Back in the days I prepared my lessons by jutting down timelines on paper and compiling stacks of copies to hand out during lessons. Nowadays, it’s a bit different. Or as the Thais say “Same Same, But Different.”

When you’re teaching online you have the whole world wide web at your disposal: an endless array of interactive exercises, articles, videos, podcasts and so on and so forth. As a rule of thumb: There’s always more than you could possibly use. And: There’s new stuff every day.

So, when there is no excuse of inadequate or not enough, there’s nothing that could possibly go wrong, or is there?

Well…

The Overabundance of Awesome

Often I find myself browsing through the net and saying: “Hey, wow, you could use this and that in your lesson with X,Y,Z.” but ask me a day later about it and I forgot the source.

In order to avoid this moment of seeing the perfect worksheet in front of my eyes but having no clue how I got there the day before (it’s just no fun scrolling for hours through your browsing history) – I use bookmarks.

Nothing new, right? Well, yes. On the other hand it’s important to have some kind of system. If, each time I find something related and just hit bookmark, it’ll be a disorganized mess after a while. So, what I do is twofold:

  1. Keep those bookmarks organized: Create folders and subfolders with meaningful (?) descriptions
  2. Stick to the system: In the heat of the moment I often just “dump” my bookmarks in the general bucket. So, then I do the sorting and structuring, later.

Sounds boring? Well, maybe it is. But there’s nothing like a student saying: “I always wondered about the use of Konjunktiv II irrealis” and being able to respond with a salvo of pinpointed exercises within miliseconds.

Many times people asked me: “Where do you get all that stuff from so quickly?” and my answer is always the same: “I got them bookmarks sorted out!”

Dive-In, Build-Up, Wrap-Up!

Okay, so let’s say we got a well-organized little bookmark library that we can always restock and draw from when preparing lessons. But how do I cope with setting up and preparing the actual session in terms of sequence?

There’s a plugin.. I mean extension for that.

Really? A browser extension just for preparing lessons online?

Well, not officially. But it does the job! Here’s what I used to do before:

  1. Open up browser. Load all the learning materials, whiteboard apps, mindmaps and whatnot in tabs, arranged from left to right with the stuff I want to start with at the beginning and homework/further materials at the end.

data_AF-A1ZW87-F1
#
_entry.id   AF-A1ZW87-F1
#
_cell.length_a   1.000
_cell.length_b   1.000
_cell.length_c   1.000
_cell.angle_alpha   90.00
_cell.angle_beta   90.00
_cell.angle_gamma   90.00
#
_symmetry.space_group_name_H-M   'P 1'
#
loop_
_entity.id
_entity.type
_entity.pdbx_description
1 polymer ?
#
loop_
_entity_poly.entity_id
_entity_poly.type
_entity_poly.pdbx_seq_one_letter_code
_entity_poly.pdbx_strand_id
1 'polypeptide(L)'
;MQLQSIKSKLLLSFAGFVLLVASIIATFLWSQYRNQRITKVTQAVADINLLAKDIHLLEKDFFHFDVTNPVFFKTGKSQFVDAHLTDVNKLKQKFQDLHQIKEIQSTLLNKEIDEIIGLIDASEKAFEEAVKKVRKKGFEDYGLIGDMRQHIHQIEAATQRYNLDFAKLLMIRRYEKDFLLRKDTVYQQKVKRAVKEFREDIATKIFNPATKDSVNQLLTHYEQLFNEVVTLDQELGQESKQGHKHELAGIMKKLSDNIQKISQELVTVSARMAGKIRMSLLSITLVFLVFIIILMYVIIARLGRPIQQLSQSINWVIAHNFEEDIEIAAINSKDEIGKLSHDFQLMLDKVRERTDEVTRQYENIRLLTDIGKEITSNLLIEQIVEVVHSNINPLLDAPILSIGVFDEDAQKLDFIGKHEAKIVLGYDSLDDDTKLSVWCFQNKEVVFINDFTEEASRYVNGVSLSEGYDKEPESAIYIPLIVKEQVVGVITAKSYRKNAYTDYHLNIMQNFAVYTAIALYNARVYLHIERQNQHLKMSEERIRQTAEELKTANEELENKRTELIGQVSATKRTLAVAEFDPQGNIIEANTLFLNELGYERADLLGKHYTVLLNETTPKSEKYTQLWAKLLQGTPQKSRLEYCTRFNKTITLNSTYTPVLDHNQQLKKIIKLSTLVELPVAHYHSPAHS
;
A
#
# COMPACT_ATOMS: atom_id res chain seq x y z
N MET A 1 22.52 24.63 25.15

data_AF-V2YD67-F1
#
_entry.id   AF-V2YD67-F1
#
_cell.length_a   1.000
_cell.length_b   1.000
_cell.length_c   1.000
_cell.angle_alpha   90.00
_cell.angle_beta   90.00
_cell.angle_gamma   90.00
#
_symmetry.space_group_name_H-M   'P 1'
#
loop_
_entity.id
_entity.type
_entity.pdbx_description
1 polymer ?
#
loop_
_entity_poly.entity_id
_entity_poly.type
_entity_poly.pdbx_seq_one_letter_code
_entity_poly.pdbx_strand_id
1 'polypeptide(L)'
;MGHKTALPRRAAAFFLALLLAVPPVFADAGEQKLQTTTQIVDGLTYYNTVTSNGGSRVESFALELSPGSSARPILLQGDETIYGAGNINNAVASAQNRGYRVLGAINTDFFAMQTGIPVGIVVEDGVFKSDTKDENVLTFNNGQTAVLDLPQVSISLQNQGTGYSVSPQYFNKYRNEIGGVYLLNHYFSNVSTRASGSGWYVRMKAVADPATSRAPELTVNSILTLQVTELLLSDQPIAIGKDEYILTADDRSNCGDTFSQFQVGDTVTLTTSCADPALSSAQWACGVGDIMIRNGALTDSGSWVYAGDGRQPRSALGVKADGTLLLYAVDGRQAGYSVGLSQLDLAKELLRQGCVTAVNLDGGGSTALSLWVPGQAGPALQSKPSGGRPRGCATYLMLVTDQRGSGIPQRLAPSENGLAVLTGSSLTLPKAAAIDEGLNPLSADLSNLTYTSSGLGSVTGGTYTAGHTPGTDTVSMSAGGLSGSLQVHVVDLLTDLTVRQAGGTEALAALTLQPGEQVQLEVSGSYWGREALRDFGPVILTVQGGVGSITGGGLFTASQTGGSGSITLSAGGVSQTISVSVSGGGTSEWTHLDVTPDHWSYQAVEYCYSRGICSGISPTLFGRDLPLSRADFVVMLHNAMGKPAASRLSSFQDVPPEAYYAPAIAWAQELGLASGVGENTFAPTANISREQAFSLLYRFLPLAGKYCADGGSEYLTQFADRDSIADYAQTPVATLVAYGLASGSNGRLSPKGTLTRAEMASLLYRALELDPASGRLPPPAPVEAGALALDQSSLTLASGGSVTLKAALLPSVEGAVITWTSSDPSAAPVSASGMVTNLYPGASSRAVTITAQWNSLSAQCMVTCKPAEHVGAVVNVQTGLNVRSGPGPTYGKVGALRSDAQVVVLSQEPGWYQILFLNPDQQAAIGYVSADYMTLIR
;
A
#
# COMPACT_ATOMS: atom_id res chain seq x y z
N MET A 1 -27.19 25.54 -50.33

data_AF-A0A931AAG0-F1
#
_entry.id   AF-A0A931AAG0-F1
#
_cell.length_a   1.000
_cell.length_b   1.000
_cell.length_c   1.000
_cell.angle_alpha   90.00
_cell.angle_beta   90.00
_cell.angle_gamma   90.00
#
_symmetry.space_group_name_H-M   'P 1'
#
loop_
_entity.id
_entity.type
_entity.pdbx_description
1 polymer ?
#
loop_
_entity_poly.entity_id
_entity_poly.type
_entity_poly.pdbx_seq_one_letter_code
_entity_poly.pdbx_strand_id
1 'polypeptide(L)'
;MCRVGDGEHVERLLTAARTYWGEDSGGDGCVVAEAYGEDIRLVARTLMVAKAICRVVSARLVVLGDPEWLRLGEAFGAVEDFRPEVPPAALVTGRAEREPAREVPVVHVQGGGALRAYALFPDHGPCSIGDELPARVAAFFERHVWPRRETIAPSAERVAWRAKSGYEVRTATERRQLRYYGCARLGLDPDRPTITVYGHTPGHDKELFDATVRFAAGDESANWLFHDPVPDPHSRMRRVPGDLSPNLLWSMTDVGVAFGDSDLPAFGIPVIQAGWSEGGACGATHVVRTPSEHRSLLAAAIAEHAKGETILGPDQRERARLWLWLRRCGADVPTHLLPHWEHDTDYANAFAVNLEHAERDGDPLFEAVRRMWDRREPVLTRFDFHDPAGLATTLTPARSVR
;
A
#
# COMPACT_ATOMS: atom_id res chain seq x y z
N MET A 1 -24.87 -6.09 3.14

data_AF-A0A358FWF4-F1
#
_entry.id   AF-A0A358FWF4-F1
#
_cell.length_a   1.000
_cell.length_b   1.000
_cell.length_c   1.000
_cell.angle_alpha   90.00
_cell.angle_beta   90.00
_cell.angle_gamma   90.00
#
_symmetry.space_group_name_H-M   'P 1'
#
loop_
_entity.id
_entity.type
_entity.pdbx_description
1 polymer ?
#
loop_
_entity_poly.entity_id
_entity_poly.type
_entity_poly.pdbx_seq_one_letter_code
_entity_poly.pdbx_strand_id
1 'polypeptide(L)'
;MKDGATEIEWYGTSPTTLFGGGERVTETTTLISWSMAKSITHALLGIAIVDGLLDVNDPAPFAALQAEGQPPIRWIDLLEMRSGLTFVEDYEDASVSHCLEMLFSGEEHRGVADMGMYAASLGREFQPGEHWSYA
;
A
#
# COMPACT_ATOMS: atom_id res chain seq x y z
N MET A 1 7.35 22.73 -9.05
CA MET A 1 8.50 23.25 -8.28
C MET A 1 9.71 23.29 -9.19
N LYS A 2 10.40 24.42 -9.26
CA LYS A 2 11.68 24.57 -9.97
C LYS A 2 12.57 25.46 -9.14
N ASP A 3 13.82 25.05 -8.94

2. Leave the browser window-open and DO NOT close it. If your browser crashes or you suddenly go on an unrelated browsing-spree and close everything: START AGAIN!

Especially if you like to prepare hours or even days before a lesson, this method is obviously not the best . What to do? Simple: Browser Sessions!

You get the idea?

Instead of having to keep my window with all the tabs open all the time I simply do it once and save the session. Whenever the meeting starts I simply pull it up again.

Some browsers support this natively but there are a few benefits in using an extension:

  • Manage multiple sessions/students and quickly save/retrieve them
  • replace or overwrite a session as you go along. This is very helpful when things went differently than you planned and you want to bring the materials over into the next session. Simply close what you’ve already done, add a few more things and replace/overwrite the session.

If you’re using Chrome I recommend this extension here. For Firefox there’s this and for Safari you can check this out.

UPDATE: For even more control (ability to edit existing sessions) see also this Chrome extension recommended by Glenn Weidner.

Bottom Line?

It might seem like overkill to do this in the beginning but I’ve actually experiences a few benefits from this practice:

  • saves time and energy (that can be invested in other things)
  • reduces redundancy (nothing like having to do the same over and over again…)
  • makes me go into a lesson with a sense of being fully prepared
  • even in emergency situations (no time for preparation) there’s always something that you can build on
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images: success kid meme, still from 10 commandments with C. Heston, extension screenshot and a messy table via morguefile.